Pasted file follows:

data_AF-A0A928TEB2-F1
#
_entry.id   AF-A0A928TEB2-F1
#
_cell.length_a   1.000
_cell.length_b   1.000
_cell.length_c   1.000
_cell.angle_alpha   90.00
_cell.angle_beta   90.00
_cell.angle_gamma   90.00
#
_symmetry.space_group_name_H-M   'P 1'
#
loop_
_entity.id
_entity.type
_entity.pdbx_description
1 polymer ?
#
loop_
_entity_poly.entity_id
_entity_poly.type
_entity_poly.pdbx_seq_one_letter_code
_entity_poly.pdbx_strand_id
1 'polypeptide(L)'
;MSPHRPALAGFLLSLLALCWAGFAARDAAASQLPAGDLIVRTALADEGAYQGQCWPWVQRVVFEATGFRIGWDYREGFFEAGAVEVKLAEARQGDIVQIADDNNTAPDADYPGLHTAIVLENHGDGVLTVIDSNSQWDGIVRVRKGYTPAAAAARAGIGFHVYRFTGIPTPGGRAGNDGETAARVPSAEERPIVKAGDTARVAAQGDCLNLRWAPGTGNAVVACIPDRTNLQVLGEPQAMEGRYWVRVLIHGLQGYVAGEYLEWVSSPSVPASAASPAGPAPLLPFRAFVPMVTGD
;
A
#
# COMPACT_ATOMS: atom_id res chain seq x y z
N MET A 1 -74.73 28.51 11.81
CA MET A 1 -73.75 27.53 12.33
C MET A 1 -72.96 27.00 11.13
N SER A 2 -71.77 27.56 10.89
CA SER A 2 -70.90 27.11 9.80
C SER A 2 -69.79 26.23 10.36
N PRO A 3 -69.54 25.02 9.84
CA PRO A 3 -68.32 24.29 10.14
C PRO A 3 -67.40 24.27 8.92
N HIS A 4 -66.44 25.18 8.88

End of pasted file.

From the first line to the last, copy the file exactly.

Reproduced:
data_AF-A0A928TEB2-F1
#
_entry.id   AF-A0A928TEB2-F1
#
_cell.length_a   1.000
_cell.length_b   1.000
_cell.length_c   1.000
_cell.angle_alpha   90.00
_cell.angle_beta   90.00
_cell.angle_gamma   90.00
#
_symmetry.space_group_name_H-M   'P 1'
#
loop_
_entity.id
_entity.type
_entity.pdbx_description
1 polymer ?
#
loop_
_entity_poly.entity_id
_entity_poly.type
_entity_poly.pdbx_seq_one_letter_code
_entity_poly.pdbx_strand_id
1 'polypeptide(L)'
;MSPHRPALAGFLLSLLALCWAGFAARDAAASQLPAGDLIVRTALADEGAYQGQCWPWVQRVVFEATGFRIGWDYREGFFEAGAVEVKLAEARQGDIVQIADDNNTAPDADYPGLHTAIVLENHGDGVLTVIDSNSQWDGIVRVRKGYTPAAAAARAGIGFHVYRFTGIPTPGGRAGNDGETAARVPSAEERPIVKAGDTARVAAQGDCLNLRWAPGTGNAVVACIPDRTNLQVLGEPQAMEGRYWVRVLIHGLQGYVAGEYLEWVSSPSVPASAASPAGPAPLLPFRAFVPMVTGD
;
A
#
# COMPACT_ATOMS: atom_id res chain seq x y z
N MET A 1 -74.73 28.51 11.81
CA MET A 1 -73.75 27.53 12.33
C MET A 1 -72.96 27.00 11.13
N SER A 2 -71.77 27.56 10.89
CA SER A 2 -70.90 27.11 9.80
C SER A 2 -69.79 26.23 10.36
N PRO A 3 -69.54 25.02 9.84
CA PRO A 3 -68.32 24.29 10.14
C PRO A 3 -67.40 24.27 8.92
N HIS A 4 -66.44 25.18 8.88